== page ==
Thursday, September 15, 2011

Congressional Oversight Investigations Begin on Solyndra Failure

Some $36 billion doled out of taxpayer money. A paltry 3500 jobs have resulted in green energy jobs. The Obama administration's shiny example of the future of green energy jobs? Solyndra.

Now that Solyndra has filed for bankruptcy and the House committees involved are holding hearings, what's the White House plan to cover for their epic failure here? Why, blame the Bush administration, of course.

It is true that the green energy initiative began during the Bush years. So, the cover-uppers are trying mightily to pin the blame on Bush.

In prepared testimony released ahead of the hearing before the House Energy and Commerce committee, the director of the Department of Energy's loans office, Jonathan Silver, emphasizes that the program that eventually granted a $535 million loan guarantee to the troubled firm was created during the Bush administration.

The problem with this defense is that now there is a trail of emails that clearly show that the Bush administration raised many red flags about the potential for success from Solyndra and slowed the process. It is clearly the Obama administration that took over upon taking office in 2009 and making it all about political photo ops.

Rep Cliff Stearns isn't having it.

But Rep. Cliff Stearns, R-Fla., chairman of the oversight subcommittee that is conducting the Solyndra investigation, said that there's a problem with that version of events. "In reality, on January 9, 2009 -- at the end of the Bush administration -- the DOE Credit Committee voted against offering a conditional commitment to Solyndra, saying that the deal was premature and questioning its underlying financial support," Stearns said in his opening statement. "Only after Obama took control, and the stimulus passed, was the Solyndra deal pushed through."

The emails point to the micro-managing from the White House in its desire to use Solyndra as political fodder in the push to funnel big bucks into green energy projects.

The company's solar panel factory was heralded as a centerpiece of the president's green energy plan -- billed as a way to jump start a promising new industry. And internal emails uncovered by investigators for the House Energy and Commerce Committee that were shared exclusively with ABC News show the Obama administration was keenly monitoring the progress of the loan, even as analysts were voicing serious concerns about the risk involved.

Some of the 1100 employees who lost their jobs will no doubt have stories to tell the media now. One called into a radio talk show and voiced this opinion:

While we were out there, while we were building it – cause it is a half a billion dollar plant – everyone already knew that China had developed a more inexpensive way to manufacture these solar panels. Everyone knew that the plant wouldn’t work. But they still did it. They still built it.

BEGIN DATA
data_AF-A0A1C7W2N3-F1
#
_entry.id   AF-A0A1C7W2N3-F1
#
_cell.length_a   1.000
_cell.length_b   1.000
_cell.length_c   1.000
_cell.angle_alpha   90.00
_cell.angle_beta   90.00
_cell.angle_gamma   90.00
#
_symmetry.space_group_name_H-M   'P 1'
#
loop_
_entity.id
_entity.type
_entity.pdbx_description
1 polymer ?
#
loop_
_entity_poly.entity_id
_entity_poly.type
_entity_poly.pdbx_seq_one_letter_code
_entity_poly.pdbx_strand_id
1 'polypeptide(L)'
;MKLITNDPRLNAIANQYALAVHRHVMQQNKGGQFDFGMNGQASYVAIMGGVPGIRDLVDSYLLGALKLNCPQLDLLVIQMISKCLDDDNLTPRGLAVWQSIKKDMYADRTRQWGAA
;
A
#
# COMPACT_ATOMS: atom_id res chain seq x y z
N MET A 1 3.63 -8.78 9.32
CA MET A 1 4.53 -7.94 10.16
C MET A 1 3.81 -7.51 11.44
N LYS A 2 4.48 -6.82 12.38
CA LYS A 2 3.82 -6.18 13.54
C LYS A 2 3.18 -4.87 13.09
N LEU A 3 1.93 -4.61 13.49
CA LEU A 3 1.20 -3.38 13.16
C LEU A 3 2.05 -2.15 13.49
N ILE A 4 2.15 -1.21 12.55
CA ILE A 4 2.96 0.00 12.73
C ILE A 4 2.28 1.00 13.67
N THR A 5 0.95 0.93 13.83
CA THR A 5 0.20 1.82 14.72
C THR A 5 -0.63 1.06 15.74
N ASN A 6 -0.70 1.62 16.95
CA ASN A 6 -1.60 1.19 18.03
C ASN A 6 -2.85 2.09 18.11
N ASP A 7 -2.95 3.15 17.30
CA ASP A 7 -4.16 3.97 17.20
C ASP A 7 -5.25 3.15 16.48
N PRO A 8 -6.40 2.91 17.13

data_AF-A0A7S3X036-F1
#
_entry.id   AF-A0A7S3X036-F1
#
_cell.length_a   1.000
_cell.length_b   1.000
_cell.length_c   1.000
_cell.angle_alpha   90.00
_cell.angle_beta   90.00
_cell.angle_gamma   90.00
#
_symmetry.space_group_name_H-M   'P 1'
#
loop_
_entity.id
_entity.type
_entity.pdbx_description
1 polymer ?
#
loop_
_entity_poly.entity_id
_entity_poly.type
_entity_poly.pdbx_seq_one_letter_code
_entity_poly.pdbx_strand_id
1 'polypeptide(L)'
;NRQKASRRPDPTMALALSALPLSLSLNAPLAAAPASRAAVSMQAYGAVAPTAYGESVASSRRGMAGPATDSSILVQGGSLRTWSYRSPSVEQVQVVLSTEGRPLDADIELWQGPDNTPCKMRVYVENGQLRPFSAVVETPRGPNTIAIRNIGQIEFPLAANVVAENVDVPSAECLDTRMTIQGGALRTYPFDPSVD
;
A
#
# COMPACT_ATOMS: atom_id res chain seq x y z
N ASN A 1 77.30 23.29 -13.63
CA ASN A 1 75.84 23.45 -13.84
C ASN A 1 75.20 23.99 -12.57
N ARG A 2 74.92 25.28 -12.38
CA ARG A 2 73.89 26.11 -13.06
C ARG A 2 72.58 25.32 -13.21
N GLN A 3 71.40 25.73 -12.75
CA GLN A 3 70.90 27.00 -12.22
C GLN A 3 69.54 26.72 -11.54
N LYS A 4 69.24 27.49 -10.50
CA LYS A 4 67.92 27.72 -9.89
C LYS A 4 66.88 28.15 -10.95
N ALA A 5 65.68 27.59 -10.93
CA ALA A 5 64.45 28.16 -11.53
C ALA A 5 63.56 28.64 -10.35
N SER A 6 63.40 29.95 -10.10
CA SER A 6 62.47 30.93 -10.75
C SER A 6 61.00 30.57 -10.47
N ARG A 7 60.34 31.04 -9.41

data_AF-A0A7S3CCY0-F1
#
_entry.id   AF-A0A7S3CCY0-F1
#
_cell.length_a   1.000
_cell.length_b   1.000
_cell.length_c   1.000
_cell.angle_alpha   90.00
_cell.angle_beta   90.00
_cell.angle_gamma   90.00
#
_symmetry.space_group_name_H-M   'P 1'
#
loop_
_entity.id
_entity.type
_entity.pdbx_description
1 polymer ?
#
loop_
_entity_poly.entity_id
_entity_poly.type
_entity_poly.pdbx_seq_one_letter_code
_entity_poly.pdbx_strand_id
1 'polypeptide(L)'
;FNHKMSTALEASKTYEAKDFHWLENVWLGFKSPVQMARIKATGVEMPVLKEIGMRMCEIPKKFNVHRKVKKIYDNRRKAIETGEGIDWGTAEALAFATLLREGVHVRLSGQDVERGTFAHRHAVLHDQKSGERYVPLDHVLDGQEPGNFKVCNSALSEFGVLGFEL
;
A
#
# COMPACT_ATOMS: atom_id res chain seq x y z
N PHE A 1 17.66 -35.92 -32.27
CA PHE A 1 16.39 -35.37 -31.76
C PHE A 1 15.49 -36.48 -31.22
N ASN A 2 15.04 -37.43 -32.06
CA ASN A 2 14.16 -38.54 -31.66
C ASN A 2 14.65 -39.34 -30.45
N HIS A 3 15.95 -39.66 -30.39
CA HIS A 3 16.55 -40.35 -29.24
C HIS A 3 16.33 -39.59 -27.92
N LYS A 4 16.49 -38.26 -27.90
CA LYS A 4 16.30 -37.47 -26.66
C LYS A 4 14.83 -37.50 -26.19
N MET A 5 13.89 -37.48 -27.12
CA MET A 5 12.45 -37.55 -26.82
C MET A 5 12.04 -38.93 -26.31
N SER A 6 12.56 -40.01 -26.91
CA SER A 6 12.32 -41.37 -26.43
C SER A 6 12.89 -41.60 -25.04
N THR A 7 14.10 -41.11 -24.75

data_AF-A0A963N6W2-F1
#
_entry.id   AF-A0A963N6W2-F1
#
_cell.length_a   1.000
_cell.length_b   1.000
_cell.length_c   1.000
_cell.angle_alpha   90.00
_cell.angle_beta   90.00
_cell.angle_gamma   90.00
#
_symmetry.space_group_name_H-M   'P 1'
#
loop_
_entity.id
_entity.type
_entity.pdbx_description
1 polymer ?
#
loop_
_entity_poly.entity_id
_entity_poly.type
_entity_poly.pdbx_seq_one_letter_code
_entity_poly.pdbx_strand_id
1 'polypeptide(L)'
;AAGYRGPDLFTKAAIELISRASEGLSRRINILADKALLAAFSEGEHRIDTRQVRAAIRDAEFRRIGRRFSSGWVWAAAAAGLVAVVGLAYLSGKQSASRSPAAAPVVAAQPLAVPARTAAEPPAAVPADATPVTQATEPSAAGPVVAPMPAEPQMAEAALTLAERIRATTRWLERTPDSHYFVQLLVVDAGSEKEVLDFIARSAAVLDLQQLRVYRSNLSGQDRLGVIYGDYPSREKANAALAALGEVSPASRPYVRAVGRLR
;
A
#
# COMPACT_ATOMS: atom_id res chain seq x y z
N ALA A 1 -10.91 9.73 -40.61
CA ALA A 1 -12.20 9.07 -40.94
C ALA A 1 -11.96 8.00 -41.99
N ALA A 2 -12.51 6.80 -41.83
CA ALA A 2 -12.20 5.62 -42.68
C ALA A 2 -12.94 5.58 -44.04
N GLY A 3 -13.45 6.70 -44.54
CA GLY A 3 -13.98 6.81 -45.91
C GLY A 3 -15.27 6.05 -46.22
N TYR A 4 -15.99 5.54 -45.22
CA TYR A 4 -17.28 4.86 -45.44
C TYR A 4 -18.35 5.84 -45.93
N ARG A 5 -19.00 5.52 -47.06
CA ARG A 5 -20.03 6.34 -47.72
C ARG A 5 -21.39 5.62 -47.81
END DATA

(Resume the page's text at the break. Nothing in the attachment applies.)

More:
That was spoken by a woman who described herself as low on the totem pole of the company, yet she knew what was going on.

The Treasury Department is opening an investigation into Solyndra, too. The loan was arranged for by the Energy Department but the Federal Financing Bank made the loan. That loan falls under the Treasury Department as the Federal Financing Bank is a government lending institution.

Chairman Upton(R-MI) expects to have testimony from Solyndra in hearings next week. On CNN's John King USA program, Upton responded to revelations that former Obama Chief of Staff Rahm Emmanel wanted to help speed up the OMB side of the process so that Vice President Biden could get press for the initiative on behalf of the administration.

Well, we've got now - you know, we tried to get the documentation early on. We scheduled hearings and the administration literally didn't show up. They promised us that they were going to provide documents. They never came.

Finally, we resorted to the last resort and that was a subpoena, and in mid-July we served a subpoena on the administration. It still took more than a month to get a lot of the stuff that was there. And as we're examining now a lot of the stuff that we finally got, we're now finding these e-mails that nobody knew about before.

So, we're going to see exactly where this takes us, how did this thing get approved, and how - who made the decision to restructure the loan so that, in fact, at the end of the day because they did go belly up, in direct contradiction to the Energy Policy Act of 2005, did someone make the decision to put the taxpayer last instead of first when they filed Chapter 11.

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